I love financial advisors and have been helping them grow their businesses for more than 20 years. This blog contains all sorts of proof to the value of a financial advisor – feel free to use it to add just a few more nuggets to your significant value.
Money, money, money. No matter who you are, it just seems to make everyone unhappy.
According to Thriving Wallet, 90% of Americans are stressed about money. Yikes.
And it’s not any better if you have someone to lean on, as 1 in 5 couples say that money is their greatest relationship challenge and 44% admit to arguing with their spouse about money at least occasionally, according to a study by Fidelity Investments.
If money alone spikes everyone’s blood pressure, just imagine what the more complicated concepts of investing and financial planning can do.
But financial advisors can not only take that stress away but also improve their clients’ outlook and outcomes. You have the power to make your clients’ lives better, because those who work with a financial advisor are reportedly about 3x happier than those who don’t.
THAT’S RIGHT! —- 3 times happier!
The financial services space is definitely not short on sports references.
“Investing is a marathon. Not a sprint!”
“Your financial advisor is your financial quarterback.”
But have you, as a financial advisor, ever tried taking a cue from the sports world and using it for yourself? Here’s what I mean.
Over the past couple years, the college sports world has been transformed by the changes around name, image, likeness (NIL). They can use their name, image, and likeness for their own monetary benefit. I’ve been personally involved in the effort at Oklahoma State University through our business school and athletic department partnerships, The Brand Squad, and I wrote a textbook for educating student athletes.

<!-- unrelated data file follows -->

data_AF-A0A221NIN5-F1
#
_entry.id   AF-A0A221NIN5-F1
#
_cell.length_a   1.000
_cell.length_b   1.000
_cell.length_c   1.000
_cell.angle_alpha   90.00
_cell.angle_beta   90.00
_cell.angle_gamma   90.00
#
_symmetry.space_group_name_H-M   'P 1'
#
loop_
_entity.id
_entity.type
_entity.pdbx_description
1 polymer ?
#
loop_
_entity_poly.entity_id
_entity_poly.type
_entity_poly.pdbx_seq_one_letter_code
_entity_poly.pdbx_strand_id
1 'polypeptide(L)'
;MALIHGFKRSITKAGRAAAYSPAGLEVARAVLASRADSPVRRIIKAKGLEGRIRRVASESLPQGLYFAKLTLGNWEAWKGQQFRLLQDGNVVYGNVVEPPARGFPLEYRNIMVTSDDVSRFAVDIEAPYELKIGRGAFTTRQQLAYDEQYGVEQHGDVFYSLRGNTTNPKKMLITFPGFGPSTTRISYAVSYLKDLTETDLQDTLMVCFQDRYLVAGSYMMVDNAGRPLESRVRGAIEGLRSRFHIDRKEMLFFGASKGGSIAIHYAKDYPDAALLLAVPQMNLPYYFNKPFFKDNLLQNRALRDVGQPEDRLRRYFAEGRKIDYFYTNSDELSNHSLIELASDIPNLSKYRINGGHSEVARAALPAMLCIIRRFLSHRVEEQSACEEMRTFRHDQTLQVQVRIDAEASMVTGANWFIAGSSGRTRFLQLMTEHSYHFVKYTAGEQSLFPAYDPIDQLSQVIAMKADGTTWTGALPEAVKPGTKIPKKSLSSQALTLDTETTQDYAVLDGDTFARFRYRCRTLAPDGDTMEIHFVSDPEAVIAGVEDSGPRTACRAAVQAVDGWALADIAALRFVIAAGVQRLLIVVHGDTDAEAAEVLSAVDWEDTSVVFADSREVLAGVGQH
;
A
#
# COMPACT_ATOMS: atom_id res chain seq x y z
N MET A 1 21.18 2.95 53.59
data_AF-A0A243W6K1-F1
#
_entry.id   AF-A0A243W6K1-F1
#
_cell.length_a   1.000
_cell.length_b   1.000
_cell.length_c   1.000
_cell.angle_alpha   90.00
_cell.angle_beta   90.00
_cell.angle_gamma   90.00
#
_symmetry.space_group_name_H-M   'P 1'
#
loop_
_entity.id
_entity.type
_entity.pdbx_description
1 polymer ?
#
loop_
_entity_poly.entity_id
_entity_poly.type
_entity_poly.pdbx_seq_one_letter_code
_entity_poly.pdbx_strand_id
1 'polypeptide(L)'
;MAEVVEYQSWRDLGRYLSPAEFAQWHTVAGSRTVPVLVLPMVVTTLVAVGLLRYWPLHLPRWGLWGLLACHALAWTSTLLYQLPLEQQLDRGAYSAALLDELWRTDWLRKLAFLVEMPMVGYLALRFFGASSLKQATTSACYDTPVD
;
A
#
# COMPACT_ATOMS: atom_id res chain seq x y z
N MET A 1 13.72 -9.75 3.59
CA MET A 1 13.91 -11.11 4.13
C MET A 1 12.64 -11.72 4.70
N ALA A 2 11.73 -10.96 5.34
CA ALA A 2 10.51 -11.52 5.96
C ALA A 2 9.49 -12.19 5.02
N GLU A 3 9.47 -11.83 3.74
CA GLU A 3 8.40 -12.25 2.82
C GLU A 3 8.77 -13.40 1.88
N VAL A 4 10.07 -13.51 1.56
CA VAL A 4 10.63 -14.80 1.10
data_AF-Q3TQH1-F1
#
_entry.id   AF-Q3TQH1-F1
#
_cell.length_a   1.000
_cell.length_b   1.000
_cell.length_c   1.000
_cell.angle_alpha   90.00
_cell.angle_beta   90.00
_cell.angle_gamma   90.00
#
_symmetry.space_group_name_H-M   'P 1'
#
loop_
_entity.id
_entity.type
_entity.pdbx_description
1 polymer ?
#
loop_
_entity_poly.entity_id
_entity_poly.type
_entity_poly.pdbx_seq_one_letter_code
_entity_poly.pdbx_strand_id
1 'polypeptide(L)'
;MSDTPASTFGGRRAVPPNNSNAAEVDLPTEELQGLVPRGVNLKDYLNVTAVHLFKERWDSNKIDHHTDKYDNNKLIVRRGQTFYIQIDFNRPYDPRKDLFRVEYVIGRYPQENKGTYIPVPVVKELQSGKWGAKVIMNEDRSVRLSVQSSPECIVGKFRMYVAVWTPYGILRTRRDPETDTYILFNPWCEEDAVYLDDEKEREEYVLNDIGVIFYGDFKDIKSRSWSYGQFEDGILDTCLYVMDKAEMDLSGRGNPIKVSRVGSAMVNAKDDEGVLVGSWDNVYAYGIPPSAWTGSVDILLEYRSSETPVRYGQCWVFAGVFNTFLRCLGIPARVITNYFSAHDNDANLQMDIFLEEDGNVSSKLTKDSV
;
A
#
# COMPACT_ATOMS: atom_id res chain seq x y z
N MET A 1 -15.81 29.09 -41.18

In more ways than one, NIL is the perfect recipe for building a personal brand, shaping a marketing strategy, and helping student differentiate themselves in a crowded space; here’s how you can take a page out of the student-athlete playbook and use your own name, image, and likeness as the basis for financial advisor marketing.
What if your clients reviewed every interaction they had with you? That may seem like a frightening proposition to financial advisors because of what it might reveal. But isn’t that the point?
Reviews are nothing to fear, even the critical ones. Because sometimes it takes a few critical reviews to achieve that consistent level of service that produces raving fans.
Hiding the most relevant pieces of a story within other distracting information is called burying the lede and can be fatal in advisor marketing. The phrase “don’t bury the lede” was originally coined in journalism to teach writers how to grab the attention of their audience, but has since been adopted in marketing for the same reason.
All too often financial advisors suffer from burying the lede when describing who they are, what they do, and why others should work with them. They lead with irrelevant information or jargon that causes their audience to tune out and miss the most valuable parts of their offer.
What is your ideal prospect doing when they land on your LinkedIn profile page? Hopefully, it’s staying and reading through. But how can you be sure?
Here’s the problem: if you have a Linkedin profile, it’s one of the top results people will see when they Google your name or start researching you or your business online.